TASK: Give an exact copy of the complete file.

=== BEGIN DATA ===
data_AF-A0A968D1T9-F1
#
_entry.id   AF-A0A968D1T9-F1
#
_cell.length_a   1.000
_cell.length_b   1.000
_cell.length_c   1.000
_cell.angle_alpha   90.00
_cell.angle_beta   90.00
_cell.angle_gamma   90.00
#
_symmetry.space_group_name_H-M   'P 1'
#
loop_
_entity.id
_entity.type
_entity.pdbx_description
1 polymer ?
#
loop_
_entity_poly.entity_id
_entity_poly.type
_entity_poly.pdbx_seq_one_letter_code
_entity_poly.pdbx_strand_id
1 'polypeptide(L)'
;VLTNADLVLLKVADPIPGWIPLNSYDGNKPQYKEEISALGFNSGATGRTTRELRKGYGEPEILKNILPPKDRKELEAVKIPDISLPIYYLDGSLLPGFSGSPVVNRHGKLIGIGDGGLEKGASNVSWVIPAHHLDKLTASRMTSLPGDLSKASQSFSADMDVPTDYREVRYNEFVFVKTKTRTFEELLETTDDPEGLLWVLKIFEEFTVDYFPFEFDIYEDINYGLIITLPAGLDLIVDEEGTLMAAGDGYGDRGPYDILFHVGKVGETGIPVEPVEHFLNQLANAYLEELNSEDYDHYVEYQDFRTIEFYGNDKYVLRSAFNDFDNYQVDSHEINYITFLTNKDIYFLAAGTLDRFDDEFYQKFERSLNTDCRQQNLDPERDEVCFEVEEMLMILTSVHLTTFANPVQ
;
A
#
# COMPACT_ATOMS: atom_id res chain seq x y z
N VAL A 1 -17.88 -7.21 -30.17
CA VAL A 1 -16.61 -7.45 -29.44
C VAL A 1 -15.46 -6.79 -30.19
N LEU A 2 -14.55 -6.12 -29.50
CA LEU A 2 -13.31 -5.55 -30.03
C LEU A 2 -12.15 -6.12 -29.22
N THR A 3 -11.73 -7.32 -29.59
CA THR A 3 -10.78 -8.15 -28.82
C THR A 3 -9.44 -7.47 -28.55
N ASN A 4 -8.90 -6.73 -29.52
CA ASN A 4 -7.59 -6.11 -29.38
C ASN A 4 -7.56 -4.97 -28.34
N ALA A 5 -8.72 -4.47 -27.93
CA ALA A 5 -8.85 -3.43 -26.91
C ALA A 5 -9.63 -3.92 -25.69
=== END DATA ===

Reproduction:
data_AF-A0A968D1T9-F1
#
_entry.id   AF-A0A968D1T9-F1
#
_cell.length_a   1.000
_cell.length_b   1.000
_cell.length_c   1.000
_cell.angle_alpha   90.00
_cell.angle_beta   90.00
_cell.angle_gamma   90.00
#
_symmetry.space_group_name_H-M   'P 1'
#
loop_
_entity.id
_entity.type
_entity.pdbx_description
1 polymer ?
#
loop_
_entity_poly.entity_id
_entity_poly.type
_entity_poly.pdbx_seq_one_letter_code
_entity_poly.pdbx_strand_id
1 'polypeptide(L)'
;VLTNADLVLLKVADPIPGWIPLNSYDGNKPQYKEEISALGFNSGATGRTTRELRKGYGEPEILKNILPPKDRKELEAVKIPDISLPIYYLDGSLLPGFSGSPVVNRHGKLIGIGDGGLEKGASNVSWVIPAHHLDKLTASRMTSLPGDLSKASQSFSADMDVPTDYREVRYNEFVFVKTKTRTFEELLETTDDPEGLLWVLKIFEEFTVDYFPFEFDIYEDINYGLIITLPAGLDLIVDEEGTLMAAGDGYGDRGPYDILFHVGKVGETGIPVEPVEHFLNQLANAYLEELNSEDYDHYVEYQDFRTIEFYGNDKYVLRSAFNDFDNYQVDSHEINYITFLTNKDIYFLAAGTLDRFDDEFYQKFERSLNTDCRQQNLDPERDEVCFEVEEMLMILTSVHLTTFANPVQ
;
A
#
# COMPACT_ATOMS: atom_id res chain seq x y z
N VAL A 1 -17.88 -7.21 -30.17
CA VAL A 1 -16.61 -7.45 -29.44
C VAL A 1 -15.46 -6.79 -30.19
N LEU A 2 -14.55 -6.12 -29.50
CA LEU A 2 -13.31 -5.55 -30.03
C LEU A 2 -12.15 -6.12 -29.22
N THR A 3 -11.73 -7.32 -29.59
CA THR A 3 -10.78 -8.15 -28.82
C THR A 3 -9.44 -7.47 -28.55
N ASN A 4 -8.90 -6.73 -29.52
CA ASN A 4 -7.59 -6.11 -29.38
C ASN A 4 -7.56 -4.97 -28.34
N ALA A 5 -8.72 -4.47 -27.93
CA ALA A 5 -8.85 -3.43 -26.91
C ALA A 5 -9.63 -3.92 -25.69